(Bloomberg) -- Turns out Steve Wynn will get a severance package of sorts after all. Wynn Resorts Ltd. late Wednesday unexpectedly raised its dividend by 50 percent, an increase that will deliver an extra $12 million into its founder’s bank account over the next year.
The casino operator said last month that Wynn, who resigned over allegations that he pressured employees for sex, wouldn’t receive a severance package and would lose benefits such as health insurance and a villa leased to him from the resort, as the company looked to cut all ties with Wynn.
Wynn Resorts’ dividend boost means Wynn can still walk away with more cash in his pocket. The operator plans to raise its annual dividend by $1, to $3 a share starting in 2018, surprising analysts who had expected no change. For Wynn, who holds about 12.1 million shares of the company, that dividend payout translates to an extra $12.1 million for the year.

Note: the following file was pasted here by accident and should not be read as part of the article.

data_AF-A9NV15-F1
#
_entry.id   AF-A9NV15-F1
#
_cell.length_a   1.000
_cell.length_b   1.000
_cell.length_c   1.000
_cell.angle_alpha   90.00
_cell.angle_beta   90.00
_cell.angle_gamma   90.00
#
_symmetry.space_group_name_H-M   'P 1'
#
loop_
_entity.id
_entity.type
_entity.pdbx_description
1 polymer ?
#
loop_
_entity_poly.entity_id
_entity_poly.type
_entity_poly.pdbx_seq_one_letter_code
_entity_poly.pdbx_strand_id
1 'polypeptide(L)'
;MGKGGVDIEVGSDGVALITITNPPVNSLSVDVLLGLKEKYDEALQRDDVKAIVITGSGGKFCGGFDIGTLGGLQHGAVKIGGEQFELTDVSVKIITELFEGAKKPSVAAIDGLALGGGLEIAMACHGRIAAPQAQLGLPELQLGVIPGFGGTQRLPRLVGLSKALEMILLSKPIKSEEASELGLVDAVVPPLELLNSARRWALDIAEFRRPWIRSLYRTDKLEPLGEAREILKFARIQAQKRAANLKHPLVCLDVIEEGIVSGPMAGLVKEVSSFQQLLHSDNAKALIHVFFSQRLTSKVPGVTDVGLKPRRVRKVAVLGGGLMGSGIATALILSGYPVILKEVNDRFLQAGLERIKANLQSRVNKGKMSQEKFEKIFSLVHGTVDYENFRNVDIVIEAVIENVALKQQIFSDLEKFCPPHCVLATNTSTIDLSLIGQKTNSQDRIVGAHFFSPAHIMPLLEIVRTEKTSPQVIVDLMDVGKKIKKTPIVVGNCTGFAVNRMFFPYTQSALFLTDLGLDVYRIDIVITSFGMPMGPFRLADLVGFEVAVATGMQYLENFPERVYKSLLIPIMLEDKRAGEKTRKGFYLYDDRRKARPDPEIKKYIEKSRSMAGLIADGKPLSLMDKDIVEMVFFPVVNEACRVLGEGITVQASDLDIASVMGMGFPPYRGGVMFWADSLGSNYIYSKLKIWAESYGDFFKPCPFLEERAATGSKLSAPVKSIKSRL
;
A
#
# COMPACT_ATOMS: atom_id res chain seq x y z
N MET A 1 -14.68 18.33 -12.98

The company, which has kept its payout steady for the past three years, cited the strength and stability of its business portfolio for the increase. Wynn Resorts also said Wednesday that Ray Irani, one of its longer-serving board members, resigned this week, while director Alvin Shoemaker won’t seek re-election when his term ends in 2019.
The steps allay investor concerns about the company’s direction after Wynn relinquished leadership, according to Bloomberg Intelligence analysts Brian Egger and Caitlin Noselli.
Shares of Wynn Resorts gained 1 percent to $168.41 in New York on Wednesday. The stock is down 16 percent from a high of $200.60 on Jan. 25, before a Wall Street Journal article detailed the allegations of sexual harassment against Wynn.
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